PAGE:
Intro to Green Canes and Juicy Flotsam and “Girl”
In the Introduction to Green Cane and Juicy Flotsam, we learnt he context of the stories to which we will soon be exposed regarding the women of the Caribbean. Generally speaking, these women have experienced both social oppression and suppression of their identities and voices. The stories of this Unit are intended to focus largely on the theme of “the problem of voicelessness of marginalized groups in Caribbean societies” (p. 121).
Opening with Jamaica Kincaid’s “Girl,” we immediately see the contrast between the expectations of women in Africa and those of the women in the Caribbean. Kincaid depicts the relationship between a mother and daughter, in which the mother advises her daughter as to her responsibilities to her family, her community, and herself. She cautions against a life of promiscuity while emphasizing the importance of a balanced, productive domestic life. While the mother’s words appear to have good intentions, the tone Kincaid communicates is one of resentment or lack of sympathy. In some cases, the mother comes off as deliberately cruel, as is the case when she tells her daughter, “Walk like a lady and not like the slut you are so bent on becoming” (p.129) I think the bitter tone of the mother reflects her views on the importance of a woman’s reputation and respectability in the community. She fears that if that reputation is not upheld, her daughter’s quality of life may suffer, and she will become a social outcast. This is a stark difference from the social expectations of women in Africa, and they were seen as sexual objects rather than respectable, productive members of society. Here in the Caribbean, however, the sexuality of a women is seen as something to cherish and guard. At the same time, we are able to see the similarities of the pressures faced by young females coming of age in poor countries, despite those countries being so far apart. Some things to consider regarding the themes and intentions of this story:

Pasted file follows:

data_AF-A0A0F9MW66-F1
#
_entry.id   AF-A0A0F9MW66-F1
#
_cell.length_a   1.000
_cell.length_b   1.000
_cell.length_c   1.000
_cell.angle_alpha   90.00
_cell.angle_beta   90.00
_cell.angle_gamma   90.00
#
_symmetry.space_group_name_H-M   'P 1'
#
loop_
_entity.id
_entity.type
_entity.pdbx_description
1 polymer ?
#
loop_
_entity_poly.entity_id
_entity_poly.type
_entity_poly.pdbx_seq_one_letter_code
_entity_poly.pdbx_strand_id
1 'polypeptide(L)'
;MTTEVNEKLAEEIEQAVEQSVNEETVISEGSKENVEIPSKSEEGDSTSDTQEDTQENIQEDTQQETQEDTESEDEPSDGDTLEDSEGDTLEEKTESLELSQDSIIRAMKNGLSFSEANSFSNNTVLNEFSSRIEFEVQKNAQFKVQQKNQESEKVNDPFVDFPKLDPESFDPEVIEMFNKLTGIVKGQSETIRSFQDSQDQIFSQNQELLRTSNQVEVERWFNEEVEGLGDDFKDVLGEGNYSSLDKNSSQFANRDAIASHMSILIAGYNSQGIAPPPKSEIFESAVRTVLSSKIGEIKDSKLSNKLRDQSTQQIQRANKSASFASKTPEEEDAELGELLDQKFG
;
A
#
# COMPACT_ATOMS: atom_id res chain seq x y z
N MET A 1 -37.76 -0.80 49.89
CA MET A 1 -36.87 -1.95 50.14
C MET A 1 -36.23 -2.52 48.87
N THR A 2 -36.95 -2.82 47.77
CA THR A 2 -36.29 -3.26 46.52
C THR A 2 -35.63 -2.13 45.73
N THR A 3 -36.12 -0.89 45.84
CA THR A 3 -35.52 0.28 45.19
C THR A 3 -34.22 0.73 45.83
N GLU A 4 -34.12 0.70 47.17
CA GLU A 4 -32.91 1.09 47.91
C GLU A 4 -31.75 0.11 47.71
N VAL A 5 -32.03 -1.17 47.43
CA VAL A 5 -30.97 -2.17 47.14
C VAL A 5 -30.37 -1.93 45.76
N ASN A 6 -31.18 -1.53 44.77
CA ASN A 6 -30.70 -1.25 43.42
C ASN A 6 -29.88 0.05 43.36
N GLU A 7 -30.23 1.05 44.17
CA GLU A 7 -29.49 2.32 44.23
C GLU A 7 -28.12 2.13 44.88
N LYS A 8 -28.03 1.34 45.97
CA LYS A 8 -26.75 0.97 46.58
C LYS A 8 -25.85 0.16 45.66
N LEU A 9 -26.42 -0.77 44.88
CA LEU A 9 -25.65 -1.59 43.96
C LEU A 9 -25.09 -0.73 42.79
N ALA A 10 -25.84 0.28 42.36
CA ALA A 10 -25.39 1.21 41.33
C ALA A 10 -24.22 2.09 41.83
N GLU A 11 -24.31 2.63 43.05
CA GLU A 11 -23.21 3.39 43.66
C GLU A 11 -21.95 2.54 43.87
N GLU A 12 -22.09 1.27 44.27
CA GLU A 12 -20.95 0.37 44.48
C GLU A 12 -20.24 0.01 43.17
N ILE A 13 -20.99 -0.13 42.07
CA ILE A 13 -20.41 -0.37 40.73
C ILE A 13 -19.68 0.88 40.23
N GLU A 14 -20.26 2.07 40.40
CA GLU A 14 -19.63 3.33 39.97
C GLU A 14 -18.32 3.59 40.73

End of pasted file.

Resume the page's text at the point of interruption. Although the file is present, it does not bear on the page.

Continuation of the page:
What do you think the “benna” songs represent in the context of Kincaid’s story?
What could the mother is implying about her daughter regarding the bread?
What can we infer from the mother’s advice about her ideas of female responsibility/domesticity in their community?